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SYFY WIRE Who Won The Year (and Decade)?

2019 Sheroes of the Year

By Fangrrls Staff

The last two years, we've selected a single character as our Shero of the Year, a fictional woman with a huge real-world impact. In 2017, it was Wonder Woman, who lassoed our hearts and destroyed the No Woman's Land of big-screen superhero flicks. In 2018, it was Shuri, our Wakandan princess and STEM queen, who came here to do science, judge your shoes, and chew bubblegum and was all out of bubblegum.

This year, however, gave us several iconic and revolutionary sheroes who shaped 2019 and us as fans. For many, these women (and the people who portrayed them) gave us opportunities to see ourselves onscreen in ways we hadn't before, rejecting the idea of what a female hero is "supposed" to be. Some chose anger, rage, all the things that make women appear "difficult." Some chose hope in the face of impossible obstacles. And most were met with the kind of online rage no one should have to face, but most of us do.

But their presence mattered, and matters. These are our sheroes of 2019.

Arya in The Iron Throne Game of Thrones

Arya Stark

The last decade has not been kind to Arya Stark. She saw her father beheaded, found out that her brother and mother had been murdered just before she was reunited with them, and experienced numerous hardships across her many travels (including running into Ed Sheeran). Despite these huge losses at such a young age, she found a way to gain strength in an unforgiving world. She trained long and hard to become the best fighter, but the Stark name was something she ultimately could not toss aside. "The lone wolf dies but the pack survives," which is how Arya came to return to her home just in time to be reunited with her remaining siblings (and cousin). Arya's presence in the huge battle against the Night King was vital: her knives were out and she did what had to be done. Revenge fueled her when she thought she had nothing left, however, in the end, Arya does everything in her power to protect her family. Having grown up dreaming of becoming a fighter rather than a Lady, she got her wish and saved Westeros. - Emma Fraser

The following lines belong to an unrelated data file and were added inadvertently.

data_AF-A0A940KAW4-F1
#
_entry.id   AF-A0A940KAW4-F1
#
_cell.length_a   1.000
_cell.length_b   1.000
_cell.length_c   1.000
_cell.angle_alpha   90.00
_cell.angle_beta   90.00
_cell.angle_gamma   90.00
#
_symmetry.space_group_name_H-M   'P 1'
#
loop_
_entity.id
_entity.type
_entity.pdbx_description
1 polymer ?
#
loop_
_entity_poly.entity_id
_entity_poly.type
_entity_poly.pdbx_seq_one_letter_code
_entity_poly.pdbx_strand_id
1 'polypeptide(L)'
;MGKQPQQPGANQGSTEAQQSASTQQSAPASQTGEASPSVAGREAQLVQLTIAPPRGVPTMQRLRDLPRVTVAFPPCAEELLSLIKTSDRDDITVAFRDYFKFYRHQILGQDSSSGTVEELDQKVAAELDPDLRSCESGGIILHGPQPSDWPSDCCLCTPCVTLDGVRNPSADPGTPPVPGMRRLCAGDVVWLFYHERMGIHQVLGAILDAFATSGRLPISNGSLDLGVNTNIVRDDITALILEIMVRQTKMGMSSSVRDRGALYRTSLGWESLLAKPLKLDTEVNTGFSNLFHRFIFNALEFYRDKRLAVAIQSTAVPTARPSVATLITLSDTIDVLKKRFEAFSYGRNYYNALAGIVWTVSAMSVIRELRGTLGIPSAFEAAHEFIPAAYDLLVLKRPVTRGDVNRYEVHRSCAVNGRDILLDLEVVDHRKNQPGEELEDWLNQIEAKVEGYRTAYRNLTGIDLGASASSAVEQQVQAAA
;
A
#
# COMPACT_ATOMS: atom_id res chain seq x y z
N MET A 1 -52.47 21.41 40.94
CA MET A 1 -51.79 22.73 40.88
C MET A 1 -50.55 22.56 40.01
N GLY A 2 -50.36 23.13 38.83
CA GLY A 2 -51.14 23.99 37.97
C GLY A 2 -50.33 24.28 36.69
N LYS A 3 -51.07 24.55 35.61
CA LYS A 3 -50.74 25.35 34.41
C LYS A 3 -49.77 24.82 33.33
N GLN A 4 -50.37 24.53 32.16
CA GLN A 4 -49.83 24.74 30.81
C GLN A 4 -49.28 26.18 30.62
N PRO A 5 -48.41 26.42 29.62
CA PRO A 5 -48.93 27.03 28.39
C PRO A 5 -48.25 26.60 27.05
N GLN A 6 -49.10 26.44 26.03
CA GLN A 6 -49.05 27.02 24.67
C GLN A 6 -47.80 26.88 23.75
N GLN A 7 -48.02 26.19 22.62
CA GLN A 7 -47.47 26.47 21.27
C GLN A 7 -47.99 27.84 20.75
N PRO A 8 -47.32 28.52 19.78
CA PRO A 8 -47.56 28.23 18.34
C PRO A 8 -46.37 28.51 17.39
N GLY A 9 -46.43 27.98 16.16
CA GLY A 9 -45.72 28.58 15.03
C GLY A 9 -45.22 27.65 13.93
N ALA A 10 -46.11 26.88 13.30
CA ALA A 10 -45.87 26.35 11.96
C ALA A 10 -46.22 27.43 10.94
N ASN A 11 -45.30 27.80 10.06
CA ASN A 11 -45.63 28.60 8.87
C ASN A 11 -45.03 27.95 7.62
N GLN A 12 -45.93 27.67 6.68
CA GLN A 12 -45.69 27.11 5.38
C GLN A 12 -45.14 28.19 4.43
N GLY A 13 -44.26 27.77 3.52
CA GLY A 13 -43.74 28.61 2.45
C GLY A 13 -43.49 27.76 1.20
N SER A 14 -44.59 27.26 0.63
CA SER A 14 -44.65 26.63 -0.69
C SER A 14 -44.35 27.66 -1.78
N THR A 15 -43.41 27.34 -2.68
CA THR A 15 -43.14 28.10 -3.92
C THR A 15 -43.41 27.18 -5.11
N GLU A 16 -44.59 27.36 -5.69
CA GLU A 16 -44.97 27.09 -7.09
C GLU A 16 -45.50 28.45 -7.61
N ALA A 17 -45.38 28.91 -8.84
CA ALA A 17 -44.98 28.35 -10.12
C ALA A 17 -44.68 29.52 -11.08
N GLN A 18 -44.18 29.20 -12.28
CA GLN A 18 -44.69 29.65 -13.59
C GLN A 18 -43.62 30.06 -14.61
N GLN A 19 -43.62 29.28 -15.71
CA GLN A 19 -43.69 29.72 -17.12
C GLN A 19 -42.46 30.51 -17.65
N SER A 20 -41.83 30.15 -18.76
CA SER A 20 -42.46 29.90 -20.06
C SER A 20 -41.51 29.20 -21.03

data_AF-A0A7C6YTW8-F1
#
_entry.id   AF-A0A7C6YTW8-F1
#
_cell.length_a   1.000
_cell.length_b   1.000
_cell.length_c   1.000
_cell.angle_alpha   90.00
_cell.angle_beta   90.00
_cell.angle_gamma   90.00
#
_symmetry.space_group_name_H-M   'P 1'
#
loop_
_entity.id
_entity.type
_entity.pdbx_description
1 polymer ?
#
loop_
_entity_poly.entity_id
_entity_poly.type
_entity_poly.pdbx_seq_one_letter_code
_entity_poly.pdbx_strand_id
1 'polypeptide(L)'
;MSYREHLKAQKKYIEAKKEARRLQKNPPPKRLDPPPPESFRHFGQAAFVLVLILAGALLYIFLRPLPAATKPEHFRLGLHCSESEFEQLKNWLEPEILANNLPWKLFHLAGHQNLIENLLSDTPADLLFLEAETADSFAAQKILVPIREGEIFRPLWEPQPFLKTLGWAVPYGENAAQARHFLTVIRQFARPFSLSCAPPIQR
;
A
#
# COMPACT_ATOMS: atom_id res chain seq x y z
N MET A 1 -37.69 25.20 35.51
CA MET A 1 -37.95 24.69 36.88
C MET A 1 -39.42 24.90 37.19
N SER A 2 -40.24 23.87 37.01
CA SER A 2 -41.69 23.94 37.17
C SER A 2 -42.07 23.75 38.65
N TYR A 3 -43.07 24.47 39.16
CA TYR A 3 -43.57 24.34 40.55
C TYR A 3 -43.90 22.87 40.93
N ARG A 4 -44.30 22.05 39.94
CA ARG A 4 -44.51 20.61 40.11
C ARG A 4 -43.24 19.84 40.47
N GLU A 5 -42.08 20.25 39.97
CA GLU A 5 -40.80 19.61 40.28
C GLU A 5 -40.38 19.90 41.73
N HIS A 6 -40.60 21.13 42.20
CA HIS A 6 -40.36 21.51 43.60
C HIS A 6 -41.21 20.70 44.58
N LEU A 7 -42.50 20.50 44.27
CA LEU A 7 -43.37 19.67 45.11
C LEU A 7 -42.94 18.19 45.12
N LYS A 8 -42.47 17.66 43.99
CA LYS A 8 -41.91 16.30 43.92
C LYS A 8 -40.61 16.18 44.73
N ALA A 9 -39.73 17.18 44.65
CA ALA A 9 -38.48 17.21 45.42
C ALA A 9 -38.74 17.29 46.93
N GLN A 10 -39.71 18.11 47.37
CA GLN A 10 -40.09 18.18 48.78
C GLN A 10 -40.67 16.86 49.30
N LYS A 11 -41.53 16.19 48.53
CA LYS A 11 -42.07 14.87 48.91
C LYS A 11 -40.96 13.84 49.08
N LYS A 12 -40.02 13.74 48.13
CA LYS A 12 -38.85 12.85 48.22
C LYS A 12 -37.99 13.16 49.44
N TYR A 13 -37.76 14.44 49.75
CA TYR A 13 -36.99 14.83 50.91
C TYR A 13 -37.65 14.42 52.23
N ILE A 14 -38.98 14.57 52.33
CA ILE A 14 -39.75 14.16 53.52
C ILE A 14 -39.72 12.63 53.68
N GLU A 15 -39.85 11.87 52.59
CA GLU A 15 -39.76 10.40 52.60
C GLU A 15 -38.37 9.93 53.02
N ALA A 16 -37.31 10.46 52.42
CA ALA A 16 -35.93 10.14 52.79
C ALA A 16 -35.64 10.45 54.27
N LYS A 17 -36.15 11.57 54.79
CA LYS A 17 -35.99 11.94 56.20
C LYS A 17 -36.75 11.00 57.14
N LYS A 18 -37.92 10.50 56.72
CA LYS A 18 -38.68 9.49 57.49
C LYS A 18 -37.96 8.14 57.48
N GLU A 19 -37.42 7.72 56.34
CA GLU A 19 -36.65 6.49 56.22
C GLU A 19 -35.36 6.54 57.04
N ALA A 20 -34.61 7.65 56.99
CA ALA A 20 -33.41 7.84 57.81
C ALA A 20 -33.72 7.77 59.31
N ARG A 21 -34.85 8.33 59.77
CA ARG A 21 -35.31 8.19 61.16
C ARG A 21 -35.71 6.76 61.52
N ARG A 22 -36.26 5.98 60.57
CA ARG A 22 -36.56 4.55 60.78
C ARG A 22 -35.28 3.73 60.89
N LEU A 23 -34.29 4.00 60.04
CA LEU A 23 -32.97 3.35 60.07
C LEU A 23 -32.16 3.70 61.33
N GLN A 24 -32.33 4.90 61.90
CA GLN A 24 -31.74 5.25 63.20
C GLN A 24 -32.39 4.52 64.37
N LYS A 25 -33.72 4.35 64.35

Rose Tico

To loosely paraphrase another real-life Shero (Beyoncé), one of the most obvious traits of any nominee in this category is the ability to inspire conversation — and on that front, Rose Tico definitely succeeded. From her first appearance in 2017's Star Wars: The Last Jedi, she was both the subject of praise from those eager to see themselves represented and the recipient of ire from angry fanboys everywhere long before she even uttered a word on-screen. But in spite of the nonsensical backlash, Rose endeared herself to many, and the importance of her presence in the Star Wars universe can't be understated — which is why it was so discouraging to witness her complete and utter sidelining (not to mention friend-zoning) in this year's Star Wars: The Rise of Skywalker. We're not going to presume anything about creative intent, but let's just say there was an opportunity missed here, and no amount of backpedaling (or weirdly blaming the late Carrie Fisher?) is going to convince us otherwise. (Real-life props go to Kelly Marie Tran who walked that TROS red carpet dressed for the sequel she deserved, even if it wasn't the one she ultimately got.) - Carly Lane


Queen Elsa

“Let It Go” was a gamechanger. The coming-out anthem defined Elsa’s transition from a villainous role into a woman embracing her power for the first time. However, her hit song aside, Elsa was mostly a supporting character to Anna’s heroic princess in the first film. With Frozen II, she finally took the reins of her own destiny. It’s Elsa this time who drives the force of the plot, heading north, taming the elemental chaos within the creatures she meets, and uncovering the secret history of Arendelle. But her real journey is the one she began with “Let It Go.” If that song was her accepting herself for the first time, her songs in Frozen II are about truly loving and wanting herself. With “Into the Unknown,” we get an early peek into the longing she has to find answers and meaning to her life, a hugely relatable struggle for a lot of us. Later, with “Show Yourself,” we take a much deeper dive into that search and the realization that there’s not some mysterious figure out there that will give her a purpose in her life, that the only person who can do that is herself. While there are still many of us who will cling desperately to our vision of an Elsa who represents the LGBTQ+ community literally and not just figuratively, it’s also true that her journey’s internal message in this movie was extremely powerful and struck a chord with the lost. We found you years ago, Elsa, and we’re glad you have now, too. - Riley Silverman